Unfortunately, we're bombarded with cheap fast food and "convenience" foods. The more packaged foods you eat, the easier it is to pile on excess pounds.
In his book, "The End of Overeating", David Kessler, M.D., former Food and Drug Administration Commissioner shows how the food industry has made it a priority to create high-calorie foods with the most addictive possible combination of intense flavor and "mouthfeel".
As Caroline Apovian, M.D., director of the Nutrition and Weight Management Center at Boston Medical Center points out, "A century ago, to consume 400 calories, you had to go buy the meat, vegetables, and rice, and come home and cook it. Now you can consume the same amount of calories just by downing a bag of Cheetos."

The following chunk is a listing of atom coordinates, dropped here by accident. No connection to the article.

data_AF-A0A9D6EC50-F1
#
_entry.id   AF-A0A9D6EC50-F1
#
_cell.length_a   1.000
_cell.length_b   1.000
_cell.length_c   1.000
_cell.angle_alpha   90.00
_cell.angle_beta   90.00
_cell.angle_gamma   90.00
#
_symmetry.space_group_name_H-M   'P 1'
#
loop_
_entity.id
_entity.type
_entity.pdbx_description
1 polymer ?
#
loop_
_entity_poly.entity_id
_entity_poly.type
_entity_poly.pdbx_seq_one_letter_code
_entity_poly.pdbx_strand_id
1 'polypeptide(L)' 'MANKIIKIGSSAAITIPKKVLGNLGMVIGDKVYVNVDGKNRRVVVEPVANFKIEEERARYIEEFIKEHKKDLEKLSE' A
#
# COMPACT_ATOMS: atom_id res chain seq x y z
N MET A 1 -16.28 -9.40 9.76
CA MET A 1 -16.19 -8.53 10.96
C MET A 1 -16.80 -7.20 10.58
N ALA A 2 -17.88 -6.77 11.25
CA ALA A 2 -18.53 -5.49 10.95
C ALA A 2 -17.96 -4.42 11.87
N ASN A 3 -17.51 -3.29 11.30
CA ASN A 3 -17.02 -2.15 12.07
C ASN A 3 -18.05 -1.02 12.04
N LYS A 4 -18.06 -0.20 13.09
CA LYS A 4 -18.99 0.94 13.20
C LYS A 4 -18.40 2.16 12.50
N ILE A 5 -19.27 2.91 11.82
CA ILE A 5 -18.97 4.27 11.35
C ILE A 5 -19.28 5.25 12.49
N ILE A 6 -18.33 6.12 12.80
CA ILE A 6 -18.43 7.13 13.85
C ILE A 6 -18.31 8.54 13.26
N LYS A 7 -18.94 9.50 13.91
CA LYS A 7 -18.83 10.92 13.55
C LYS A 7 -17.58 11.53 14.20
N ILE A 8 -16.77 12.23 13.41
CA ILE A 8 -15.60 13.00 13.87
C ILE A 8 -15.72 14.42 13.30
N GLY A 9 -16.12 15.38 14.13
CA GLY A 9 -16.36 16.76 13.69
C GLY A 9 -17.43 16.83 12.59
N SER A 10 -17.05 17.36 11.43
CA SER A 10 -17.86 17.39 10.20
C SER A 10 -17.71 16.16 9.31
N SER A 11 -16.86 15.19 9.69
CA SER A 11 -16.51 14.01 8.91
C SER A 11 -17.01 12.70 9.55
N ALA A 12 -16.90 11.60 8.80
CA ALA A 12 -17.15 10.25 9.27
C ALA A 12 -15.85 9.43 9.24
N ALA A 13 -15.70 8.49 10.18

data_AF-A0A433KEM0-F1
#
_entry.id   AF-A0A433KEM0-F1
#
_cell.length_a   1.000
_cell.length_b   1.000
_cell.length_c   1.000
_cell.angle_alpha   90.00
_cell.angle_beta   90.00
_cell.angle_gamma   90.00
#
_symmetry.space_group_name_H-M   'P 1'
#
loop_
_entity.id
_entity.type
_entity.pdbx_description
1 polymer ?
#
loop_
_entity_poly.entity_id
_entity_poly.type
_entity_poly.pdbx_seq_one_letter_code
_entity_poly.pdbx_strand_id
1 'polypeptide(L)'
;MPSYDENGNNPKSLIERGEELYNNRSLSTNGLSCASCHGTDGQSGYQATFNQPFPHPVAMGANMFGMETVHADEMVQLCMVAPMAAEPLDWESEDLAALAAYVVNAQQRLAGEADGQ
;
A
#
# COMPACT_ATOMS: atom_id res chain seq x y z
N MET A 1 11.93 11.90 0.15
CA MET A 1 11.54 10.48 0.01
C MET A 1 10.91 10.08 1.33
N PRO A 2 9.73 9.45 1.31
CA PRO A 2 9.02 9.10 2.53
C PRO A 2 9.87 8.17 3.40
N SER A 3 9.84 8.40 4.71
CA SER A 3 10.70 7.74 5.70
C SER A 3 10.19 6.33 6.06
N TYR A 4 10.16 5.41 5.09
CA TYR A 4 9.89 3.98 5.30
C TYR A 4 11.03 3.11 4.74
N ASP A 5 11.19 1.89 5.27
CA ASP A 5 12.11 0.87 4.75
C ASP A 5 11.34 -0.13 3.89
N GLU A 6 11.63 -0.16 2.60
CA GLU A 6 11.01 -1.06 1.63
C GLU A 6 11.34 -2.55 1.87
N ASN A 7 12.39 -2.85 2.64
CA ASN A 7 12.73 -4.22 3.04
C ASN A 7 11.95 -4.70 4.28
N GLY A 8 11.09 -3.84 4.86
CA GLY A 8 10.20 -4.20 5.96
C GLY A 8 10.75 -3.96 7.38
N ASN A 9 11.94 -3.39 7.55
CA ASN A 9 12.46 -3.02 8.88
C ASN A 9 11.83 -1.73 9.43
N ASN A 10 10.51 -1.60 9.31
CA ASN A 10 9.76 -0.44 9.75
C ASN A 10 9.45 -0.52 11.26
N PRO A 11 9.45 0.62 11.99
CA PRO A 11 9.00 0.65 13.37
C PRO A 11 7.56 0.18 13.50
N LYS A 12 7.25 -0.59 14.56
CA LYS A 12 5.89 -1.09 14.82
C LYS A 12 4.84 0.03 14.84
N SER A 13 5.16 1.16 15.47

And it's not just calories. How many chemicals are we consuming so that foods can remain edible for months or even years? Does anybody think that's good for us?
So how do you go about improving your nutrition?
Michael Pollan, an award winning food and agriculture writer, sums up his nutrition advice in 7 words: "Eat food, not too much, mostly plants."
|"Edible food-like substance"|
If all this seems overwhelming, start with small changes. Increase the number of fresh vegetables and fruits you eat daily. Choose only packaged foods that contain 5 or fewer ingredients. Limit snacks to fresh fruit or raw nuts.